Archive for February 2009


Hamilton argues that we face an adverse technology shock

In a recent post, James Hamilton argues that even if a stimulus package were to substantially boost nominal spending, the paralysis in our financial system would prevent an increase in real output, and we would instead end up with stagflation.  I do think there is a grain of truth in this argument, and more than a grain if considering fiscal projects that call for resources to be quickly reallocated.  Hamilton may be too pessimistic about the potential of monetary policy, however.  (Interestingly, we end up with similar views on stimulus policy–(3% inflation targeting in his case), but I am more optimistic about what that can achieve.   Here’s two reasons why:

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Welcome again

I have spent the past 6 days feverishly creating 15 posts, so now it’s time for a break. Because I have only now begun to publicize the blog, most of you have probably just arrived. The “About the blog” post provides the motivation for the sustained assault on recent Fed policy that follows. Now that I have got some (but not all) of my pent-up criticism off my chest, I hope to gradually become more like a normal blog, commenting on current events and other blogs. Here are some coming attractions:
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Do you “believe” in rational expectations? (important)

Lots of economists pay lip service to rational expectations, but don’t really believe it in their bones. By that I mean they use it in their theoretical models and then casually analyze real world problems using the old, pre-Ratex, Keynesian model. Here’s an example of why rational expectations are so important.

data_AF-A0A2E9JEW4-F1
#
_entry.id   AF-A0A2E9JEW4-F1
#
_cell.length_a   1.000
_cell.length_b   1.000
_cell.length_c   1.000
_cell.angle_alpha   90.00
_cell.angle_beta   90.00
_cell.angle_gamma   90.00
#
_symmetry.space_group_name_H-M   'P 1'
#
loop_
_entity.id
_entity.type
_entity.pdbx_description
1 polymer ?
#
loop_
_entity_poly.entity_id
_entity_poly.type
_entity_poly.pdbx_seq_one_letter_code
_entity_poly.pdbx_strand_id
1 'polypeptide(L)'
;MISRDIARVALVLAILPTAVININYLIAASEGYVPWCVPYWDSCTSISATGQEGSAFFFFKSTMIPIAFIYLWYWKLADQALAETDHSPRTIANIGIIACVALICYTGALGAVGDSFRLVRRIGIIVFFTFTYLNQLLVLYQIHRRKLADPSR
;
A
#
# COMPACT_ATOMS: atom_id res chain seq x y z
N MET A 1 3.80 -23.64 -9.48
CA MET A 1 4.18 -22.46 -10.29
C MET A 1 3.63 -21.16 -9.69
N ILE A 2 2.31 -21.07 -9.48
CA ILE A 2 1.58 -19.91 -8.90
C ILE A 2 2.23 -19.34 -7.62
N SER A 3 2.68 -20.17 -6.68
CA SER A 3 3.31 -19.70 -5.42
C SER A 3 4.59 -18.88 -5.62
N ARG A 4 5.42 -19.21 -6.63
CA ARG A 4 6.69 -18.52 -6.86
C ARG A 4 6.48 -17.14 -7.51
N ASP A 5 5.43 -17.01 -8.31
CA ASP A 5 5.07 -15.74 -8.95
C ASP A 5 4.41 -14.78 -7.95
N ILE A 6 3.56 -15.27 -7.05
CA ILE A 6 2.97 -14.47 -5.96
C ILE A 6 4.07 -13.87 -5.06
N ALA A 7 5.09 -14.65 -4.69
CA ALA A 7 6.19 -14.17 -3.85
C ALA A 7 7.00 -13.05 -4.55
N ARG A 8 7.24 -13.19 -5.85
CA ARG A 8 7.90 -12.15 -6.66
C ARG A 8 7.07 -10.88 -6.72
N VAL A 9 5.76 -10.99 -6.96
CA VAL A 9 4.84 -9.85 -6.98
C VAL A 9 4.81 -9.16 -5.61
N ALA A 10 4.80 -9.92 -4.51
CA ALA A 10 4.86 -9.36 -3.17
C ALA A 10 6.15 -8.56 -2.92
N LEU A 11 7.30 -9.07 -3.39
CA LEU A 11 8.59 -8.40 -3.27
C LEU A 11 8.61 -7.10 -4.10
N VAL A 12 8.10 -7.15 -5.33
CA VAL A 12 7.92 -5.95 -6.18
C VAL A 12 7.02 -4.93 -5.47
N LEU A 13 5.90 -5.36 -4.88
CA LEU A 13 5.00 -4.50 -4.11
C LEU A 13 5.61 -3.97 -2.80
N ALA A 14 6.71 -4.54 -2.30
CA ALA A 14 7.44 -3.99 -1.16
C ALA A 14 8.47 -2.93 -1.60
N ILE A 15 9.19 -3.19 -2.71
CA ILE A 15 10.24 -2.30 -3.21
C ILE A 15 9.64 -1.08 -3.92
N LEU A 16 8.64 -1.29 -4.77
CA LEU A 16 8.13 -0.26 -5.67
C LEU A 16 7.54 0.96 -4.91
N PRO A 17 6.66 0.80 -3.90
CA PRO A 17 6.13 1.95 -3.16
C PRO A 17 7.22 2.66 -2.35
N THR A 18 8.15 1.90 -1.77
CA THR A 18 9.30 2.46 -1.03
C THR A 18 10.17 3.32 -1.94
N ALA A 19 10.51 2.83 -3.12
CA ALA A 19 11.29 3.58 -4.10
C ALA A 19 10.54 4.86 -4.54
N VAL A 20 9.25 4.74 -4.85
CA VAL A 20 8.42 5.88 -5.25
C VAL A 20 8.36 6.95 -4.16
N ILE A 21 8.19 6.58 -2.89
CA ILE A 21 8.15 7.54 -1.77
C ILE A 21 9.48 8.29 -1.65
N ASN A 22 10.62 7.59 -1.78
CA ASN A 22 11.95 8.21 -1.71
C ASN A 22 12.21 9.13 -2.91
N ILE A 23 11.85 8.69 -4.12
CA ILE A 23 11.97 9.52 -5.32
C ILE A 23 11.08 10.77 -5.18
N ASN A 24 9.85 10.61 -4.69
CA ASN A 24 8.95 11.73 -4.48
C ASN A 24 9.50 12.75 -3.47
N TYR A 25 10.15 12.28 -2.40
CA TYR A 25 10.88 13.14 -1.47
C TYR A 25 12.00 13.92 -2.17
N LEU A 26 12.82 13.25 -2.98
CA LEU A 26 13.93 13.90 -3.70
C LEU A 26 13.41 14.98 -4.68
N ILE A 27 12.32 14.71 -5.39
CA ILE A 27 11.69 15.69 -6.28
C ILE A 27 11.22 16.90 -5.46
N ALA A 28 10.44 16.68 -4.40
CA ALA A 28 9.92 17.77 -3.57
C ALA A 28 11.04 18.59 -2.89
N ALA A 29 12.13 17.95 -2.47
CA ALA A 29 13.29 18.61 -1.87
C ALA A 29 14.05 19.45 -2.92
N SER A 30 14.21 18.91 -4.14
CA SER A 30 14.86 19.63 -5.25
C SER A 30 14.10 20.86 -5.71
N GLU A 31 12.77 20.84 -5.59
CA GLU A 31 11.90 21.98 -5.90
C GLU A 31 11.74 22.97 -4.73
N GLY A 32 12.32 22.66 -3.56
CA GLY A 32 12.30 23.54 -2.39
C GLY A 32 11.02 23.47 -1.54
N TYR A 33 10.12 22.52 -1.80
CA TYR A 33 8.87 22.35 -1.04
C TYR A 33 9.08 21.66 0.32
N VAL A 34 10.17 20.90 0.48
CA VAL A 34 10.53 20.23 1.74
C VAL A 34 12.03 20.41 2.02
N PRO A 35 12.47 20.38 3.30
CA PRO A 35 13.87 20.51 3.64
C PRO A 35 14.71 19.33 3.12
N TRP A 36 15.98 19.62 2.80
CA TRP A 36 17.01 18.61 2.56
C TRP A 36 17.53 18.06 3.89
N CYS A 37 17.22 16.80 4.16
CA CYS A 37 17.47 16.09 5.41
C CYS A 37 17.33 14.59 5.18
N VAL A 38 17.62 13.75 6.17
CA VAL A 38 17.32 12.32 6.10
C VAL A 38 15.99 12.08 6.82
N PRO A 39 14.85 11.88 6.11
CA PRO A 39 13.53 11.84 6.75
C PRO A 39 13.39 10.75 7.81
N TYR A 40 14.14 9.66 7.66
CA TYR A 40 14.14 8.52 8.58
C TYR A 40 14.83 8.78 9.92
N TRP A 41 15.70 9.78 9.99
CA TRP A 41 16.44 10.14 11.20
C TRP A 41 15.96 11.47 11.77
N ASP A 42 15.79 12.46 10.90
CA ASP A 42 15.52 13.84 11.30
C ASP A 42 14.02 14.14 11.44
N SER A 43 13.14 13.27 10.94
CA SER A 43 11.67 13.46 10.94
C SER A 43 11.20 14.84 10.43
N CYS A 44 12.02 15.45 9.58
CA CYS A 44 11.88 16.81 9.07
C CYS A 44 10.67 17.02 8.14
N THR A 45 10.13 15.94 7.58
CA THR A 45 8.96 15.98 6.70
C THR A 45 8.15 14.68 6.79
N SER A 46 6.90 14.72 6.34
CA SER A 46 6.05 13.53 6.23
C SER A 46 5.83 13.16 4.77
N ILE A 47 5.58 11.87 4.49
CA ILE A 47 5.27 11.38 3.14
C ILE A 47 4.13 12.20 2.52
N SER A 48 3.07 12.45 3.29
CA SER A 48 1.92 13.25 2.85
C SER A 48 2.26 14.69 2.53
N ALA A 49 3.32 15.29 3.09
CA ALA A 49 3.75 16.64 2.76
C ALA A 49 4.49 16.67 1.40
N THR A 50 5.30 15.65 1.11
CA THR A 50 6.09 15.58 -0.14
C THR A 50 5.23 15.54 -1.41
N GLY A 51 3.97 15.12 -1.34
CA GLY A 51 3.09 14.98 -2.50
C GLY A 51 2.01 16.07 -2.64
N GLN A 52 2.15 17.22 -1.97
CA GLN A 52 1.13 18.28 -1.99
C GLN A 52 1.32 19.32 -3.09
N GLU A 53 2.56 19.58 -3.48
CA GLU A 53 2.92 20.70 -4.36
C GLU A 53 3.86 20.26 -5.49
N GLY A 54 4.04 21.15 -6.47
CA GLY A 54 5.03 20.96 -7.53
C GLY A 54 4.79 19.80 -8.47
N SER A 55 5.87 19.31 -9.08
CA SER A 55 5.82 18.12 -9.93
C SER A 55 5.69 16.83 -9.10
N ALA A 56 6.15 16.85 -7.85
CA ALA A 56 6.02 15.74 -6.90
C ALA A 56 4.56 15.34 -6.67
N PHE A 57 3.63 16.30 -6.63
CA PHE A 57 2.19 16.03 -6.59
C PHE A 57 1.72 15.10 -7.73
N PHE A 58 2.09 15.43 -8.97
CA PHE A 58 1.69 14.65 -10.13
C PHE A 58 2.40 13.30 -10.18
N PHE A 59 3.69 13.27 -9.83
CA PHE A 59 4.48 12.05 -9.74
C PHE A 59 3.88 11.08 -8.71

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My only conversation with Ben Bernanke

I only met Bernanke once, when he presented a seminar at Bentley on his 1983 paper claiming that that disintermediation played a big role in the Great Depression, independent of the contractionary monetary policy.  I asked just one question:  “What impact would the banking problems have had if the Fed had successfully targeted nominal GDP growth?”  It was many years ago, and I don’t recall his precise answer, but I am fairly certain that he hesitated, and then said something to the effect that the bank failures would still have had an impact on output, but that impact would be somewhat lessened.

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From the gold standard to futures targeting

In an earlier post I discussed my favorite monetary policy regime, under which the Fed buys and sells unlimited CPI or nominal GDP futures contracts at a price equal to the policy goal.  There is actually a fairly large literature on this idea, including people like Kevin Dowd, Bill Woolsey, David Glasner, and (my coauther) Aaron Jackson.  Slightly different approaches were taken by Robert Hall and Robert Hetzel.  At one time I thought that I had discovered the concept back in 1986, but I later learned that Earl Thompson had already mentioned the idea, but never published it.

Because it’s such an unusual way of thinking about monetary policy, it might help to compare it to the gold standard.  The U.S. successfully pegged the price of gold at $20.67/oz. from 1879-1933, and at $35/oz, from 1934 to 1968.  So in a technical sense a gold standard is very doable, even the devaluation of 1933-34 was not done because we ran out of gold, but rather to further FDR’s macro objectives.  But that is also exactly what is wrong with a gold standard, pegging the nominal price of gold does not stabilize the relative price of gold (in terms of other goods.)

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